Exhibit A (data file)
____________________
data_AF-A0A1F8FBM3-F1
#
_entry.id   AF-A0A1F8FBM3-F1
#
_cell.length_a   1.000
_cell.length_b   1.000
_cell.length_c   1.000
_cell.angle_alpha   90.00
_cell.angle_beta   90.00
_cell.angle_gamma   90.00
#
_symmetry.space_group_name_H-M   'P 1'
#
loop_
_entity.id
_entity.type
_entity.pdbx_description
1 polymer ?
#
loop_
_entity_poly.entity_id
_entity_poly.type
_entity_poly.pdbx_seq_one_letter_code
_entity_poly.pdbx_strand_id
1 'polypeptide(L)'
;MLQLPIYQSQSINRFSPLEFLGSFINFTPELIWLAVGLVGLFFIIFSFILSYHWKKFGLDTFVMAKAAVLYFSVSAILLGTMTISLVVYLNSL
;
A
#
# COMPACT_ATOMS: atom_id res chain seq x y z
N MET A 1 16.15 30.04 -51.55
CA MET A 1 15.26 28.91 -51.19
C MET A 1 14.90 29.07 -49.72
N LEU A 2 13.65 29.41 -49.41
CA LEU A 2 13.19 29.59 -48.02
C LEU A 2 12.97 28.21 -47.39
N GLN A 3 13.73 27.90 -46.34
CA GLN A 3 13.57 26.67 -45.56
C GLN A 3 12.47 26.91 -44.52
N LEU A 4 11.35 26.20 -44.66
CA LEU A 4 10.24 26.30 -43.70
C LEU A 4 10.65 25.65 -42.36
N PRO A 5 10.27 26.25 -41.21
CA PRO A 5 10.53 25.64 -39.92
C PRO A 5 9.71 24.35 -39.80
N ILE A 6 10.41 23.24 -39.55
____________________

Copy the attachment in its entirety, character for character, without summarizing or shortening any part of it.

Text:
data_AF-A0A1F8FBM3-F1
#
_entry.id   AF-A0A1F8FBM3-F1
#
_cell.length_a   1.000
_cell.length_b   1.000
_cell.length_c   1.000
_cell.angle_alpha   90.00
_cell.angle_beta   90.00
_cell.angle_gamma   90.00
#
_symmetry.space_group_name_H-M   'P 1'
#
loop_
_entity.id
_entity.type
_entity.pdbx_description
1 polymer ?
#
loop_
_entity_poly.entity_id
_entity_poly.type
_entity_poly.pdbx_seq_one_letter_code
_entity_poly.pdbx_strand_id
1 'polypeptide(L)'
;MLQLPIYQSQSINRFSPLEFLGSFINFTPELIWLAVGLVGLFFIIFSFILSYHWKKFGLDTFVMAKAAVLYFSVSAILLGTMTISLVVYLNSL
;
A
#
# COMPACT_ATOMS: atom_id res chain seq x y z
N MET A 1 16.15 30.04 -51.55
CA MET A 1 15.26 28.91 -51.19
C MET A 1 14.90 29.07 -49.72
N LEU A 2 13.65 29.41 -49.41
CA LEU A 2 13.19 29.59 -48.02
C LEU A 2 12.97 28.21 -47.39
N GLN A 3 13.73 27.90 -46.34
CA GLN A 3 13.57 26.67 -45.56
C GLN A 3 12.47 26.91 -44.52
N LEU A 4 11.35 26.20 -44.66
CA LEU A 4 10.24 26.30 -43.70
C LEU A 4 10.65 25.65 -42.36
N PRO A 5 10.27 26.25 -41.21
CA PRO A 5 10.53 25.64 -39.92
C PRO A 5 9.71 24.35 -39.80
N ILE A 6 10.41 23.24 -39.55